This is something that is becoming more prevalent in the sport. Young amateur standouts opting out, as soon as they legally can to join the paid ranks. “I wouldn’t want to turn them pro if I didn’t know for sure that they could handle it. You can call it a calculated decision on my part ’cause of their talent level being so high,” said Pastore. So while Ramirez and Stevens may have already accomplished close to everything an amateur fighter can, just what proof does their head trainer truly have that they are ready to fight grown men?

 

According to Pastore, and from video that shows Ramirez sparring, maybe the question is: Are some of these professionals ready and do they have the skills to fight Ramirez and Stevens? “Look, ‘X-Man’ (Xavian) and David have been sparring pros in training camps for tournaments since I have been with them. Countless times, it’s the pro fighter that asks for the session to stop,” said Pastore. From the gyms of Philadelphia to the bustling fight scene in Reading, many sparring sessions against pros and other top-rated amateurs in the featherweight and heavyweight divisions have not heard the final bell. This includes a professional fighter from Puerto Rico who was in the area and decided to walk into the East Reading Boxing Club.

 

“That guy didn’t last a full three rounds with X-Man. He couldn’t handle what was coming at him,” Pastore said, with obvious pride “See, my guys don’t spar just to move. They fight while working on things. I tell them that every time they get in that ring, the other guy is trying to hurt them and prove something. This is serious business.” Full-throttle is another way of looking at it. That is how Pastore trains his young talent and that’s how they spar and fight. Along with the fact his introduction to boxing was as a strength-and-conditioning coach, believing his guys can go 100 miles-per-hour, at all times, is something that isn’t so hard to believe.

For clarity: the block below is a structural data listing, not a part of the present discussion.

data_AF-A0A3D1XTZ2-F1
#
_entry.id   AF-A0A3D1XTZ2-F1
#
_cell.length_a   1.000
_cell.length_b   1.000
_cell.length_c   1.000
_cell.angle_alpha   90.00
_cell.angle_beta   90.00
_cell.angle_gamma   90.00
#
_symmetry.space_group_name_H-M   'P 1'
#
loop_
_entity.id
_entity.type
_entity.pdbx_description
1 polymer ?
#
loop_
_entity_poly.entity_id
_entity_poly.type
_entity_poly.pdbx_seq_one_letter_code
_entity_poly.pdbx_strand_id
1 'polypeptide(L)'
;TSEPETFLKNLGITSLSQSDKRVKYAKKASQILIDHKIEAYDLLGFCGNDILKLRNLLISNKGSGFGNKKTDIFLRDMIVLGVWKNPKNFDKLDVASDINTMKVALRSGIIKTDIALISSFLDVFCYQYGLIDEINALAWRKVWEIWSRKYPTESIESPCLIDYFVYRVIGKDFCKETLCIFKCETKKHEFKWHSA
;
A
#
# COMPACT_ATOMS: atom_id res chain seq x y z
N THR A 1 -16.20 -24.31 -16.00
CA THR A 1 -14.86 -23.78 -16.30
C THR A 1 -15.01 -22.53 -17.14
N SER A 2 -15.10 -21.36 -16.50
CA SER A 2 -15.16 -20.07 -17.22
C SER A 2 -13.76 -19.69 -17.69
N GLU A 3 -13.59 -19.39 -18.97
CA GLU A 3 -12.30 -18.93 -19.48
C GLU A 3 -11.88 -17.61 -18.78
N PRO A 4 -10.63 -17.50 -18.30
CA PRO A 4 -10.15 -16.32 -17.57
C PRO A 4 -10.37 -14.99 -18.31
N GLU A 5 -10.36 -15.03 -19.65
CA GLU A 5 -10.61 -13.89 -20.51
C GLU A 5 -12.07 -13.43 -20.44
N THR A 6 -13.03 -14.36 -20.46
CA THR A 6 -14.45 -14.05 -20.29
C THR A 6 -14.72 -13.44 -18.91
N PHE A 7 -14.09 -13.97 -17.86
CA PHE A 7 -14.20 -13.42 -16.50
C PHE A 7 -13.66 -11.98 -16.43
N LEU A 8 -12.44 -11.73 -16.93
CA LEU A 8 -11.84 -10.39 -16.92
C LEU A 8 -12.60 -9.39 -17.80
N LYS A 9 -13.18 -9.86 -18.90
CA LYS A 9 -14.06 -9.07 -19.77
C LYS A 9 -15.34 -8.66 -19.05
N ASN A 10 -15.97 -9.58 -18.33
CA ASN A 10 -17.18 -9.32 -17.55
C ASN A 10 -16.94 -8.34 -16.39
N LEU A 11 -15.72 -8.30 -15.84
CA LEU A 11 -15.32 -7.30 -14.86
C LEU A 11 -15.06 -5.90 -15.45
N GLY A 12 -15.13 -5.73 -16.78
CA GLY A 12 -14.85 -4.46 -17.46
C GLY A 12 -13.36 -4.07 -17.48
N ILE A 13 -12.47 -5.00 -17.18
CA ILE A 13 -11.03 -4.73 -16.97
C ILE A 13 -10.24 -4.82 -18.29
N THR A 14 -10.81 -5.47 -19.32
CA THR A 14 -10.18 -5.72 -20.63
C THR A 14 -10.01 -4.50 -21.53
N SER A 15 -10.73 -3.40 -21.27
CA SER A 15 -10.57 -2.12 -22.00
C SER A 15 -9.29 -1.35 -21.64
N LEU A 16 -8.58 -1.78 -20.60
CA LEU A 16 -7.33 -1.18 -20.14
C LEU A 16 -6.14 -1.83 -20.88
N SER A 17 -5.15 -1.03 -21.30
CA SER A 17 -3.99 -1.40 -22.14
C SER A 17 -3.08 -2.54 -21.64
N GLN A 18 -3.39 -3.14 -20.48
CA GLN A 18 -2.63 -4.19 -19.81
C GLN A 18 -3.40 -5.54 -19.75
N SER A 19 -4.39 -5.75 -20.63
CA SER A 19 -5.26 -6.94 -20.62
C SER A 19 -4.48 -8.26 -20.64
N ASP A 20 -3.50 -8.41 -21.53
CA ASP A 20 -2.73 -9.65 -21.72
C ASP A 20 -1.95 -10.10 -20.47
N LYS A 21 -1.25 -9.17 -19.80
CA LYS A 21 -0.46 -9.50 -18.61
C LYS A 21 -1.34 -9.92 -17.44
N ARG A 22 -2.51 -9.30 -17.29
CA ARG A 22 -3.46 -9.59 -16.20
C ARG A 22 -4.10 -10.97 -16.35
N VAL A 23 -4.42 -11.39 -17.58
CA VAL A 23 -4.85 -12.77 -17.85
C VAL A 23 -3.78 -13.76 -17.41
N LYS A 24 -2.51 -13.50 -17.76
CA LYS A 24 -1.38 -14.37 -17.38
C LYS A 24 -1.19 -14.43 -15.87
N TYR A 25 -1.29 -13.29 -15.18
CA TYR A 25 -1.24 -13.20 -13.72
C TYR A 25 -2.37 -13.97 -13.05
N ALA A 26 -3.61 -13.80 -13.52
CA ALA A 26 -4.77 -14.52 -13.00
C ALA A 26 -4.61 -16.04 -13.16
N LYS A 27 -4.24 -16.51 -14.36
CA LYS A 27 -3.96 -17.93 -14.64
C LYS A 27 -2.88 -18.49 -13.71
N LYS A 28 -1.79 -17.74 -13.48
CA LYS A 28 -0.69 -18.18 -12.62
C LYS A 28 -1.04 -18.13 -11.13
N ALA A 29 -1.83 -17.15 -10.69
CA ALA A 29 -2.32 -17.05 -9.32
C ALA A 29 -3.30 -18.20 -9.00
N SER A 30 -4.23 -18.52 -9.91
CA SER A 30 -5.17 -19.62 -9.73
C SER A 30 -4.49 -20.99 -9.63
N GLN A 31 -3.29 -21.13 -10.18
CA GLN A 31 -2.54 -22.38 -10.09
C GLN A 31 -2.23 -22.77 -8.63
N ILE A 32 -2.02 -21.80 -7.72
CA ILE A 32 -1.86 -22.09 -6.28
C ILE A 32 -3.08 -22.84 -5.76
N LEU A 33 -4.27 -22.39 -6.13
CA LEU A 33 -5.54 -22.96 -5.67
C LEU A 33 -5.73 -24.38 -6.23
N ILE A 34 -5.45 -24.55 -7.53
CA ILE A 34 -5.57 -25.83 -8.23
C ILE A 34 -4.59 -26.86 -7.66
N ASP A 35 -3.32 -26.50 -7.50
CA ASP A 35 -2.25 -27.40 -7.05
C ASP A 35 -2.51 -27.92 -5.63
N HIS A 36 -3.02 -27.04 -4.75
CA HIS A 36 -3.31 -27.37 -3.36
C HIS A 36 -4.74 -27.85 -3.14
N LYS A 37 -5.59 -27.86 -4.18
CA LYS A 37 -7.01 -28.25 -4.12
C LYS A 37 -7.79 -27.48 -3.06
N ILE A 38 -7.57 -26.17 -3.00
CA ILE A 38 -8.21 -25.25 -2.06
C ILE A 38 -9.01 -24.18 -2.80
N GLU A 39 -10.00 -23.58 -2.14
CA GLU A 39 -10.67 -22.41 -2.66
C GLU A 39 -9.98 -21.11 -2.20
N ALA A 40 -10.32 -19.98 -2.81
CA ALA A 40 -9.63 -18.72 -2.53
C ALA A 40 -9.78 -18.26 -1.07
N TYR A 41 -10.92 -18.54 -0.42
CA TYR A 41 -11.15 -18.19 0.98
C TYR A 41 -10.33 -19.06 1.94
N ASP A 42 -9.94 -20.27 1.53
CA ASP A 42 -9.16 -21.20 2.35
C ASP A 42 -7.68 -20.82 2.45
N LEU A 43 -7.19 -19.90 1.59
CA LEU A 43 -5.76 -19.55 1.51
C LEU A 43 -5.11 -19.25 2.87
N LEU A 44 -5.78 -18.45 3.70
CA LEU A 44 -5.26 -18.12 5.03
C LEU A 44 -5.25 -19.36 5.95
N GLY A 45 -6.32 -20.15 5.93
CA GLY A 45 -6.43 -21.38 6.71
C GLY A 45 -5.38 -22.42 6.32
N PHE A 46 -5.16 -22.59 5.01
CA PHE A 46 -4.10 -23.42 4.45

Sparring may be one thing; facing live bullets is another. To this statement, Pastore counters with: “No headgear. Everything that you do in the gym becomes habit. Headgear only really protects you from cuts. So why should my fighters have a false sense of security by using them?” In the last Olympic Games in London, headgear was not used in the fights for the first time since the 1970s. This changed after several studies proved headgear doesn’t protect fighters from concussions and doesn’t lessen punishment, other than cuts.

 

Pastore seems to have all the angles covered, when it comes to his two major young talents, everything from staying in shape and not having to cut weight prior to tournaments to their style inside of the ring – which he says is a little bit of everything, “We take the time to train for all styles of fighters and also train by taking the best that different styles has to offer. You never know when you may need to pull something out of the bag.”

 

2005 was a long time ago. For Joe Pastore, that statement means more than remembering the years that have gone by. You see when he talks freely about his past in the sport and the rough times he faced that there is a general malaise that shapes the tone of his voice. While situations from that time may be water under the bridge, those old wounds that have been stitched up are still wounds indeed.

 

You can tell his past has had a profound impact on him. David Stevens and Xavian Ramirez are clearly the reasons Pastore’s tone of voice suddenly seems to have a lift when the subject turns to his experiences training them. He quickly lightens up and goes right into praising the talent he feels he is blessed to be nurturing. It’s clear they are the reason Joe Pastore once again has found love in the sport of boxing. His next step is making sure he finds a promotional company who will be dedicated to moving their careers along the right way.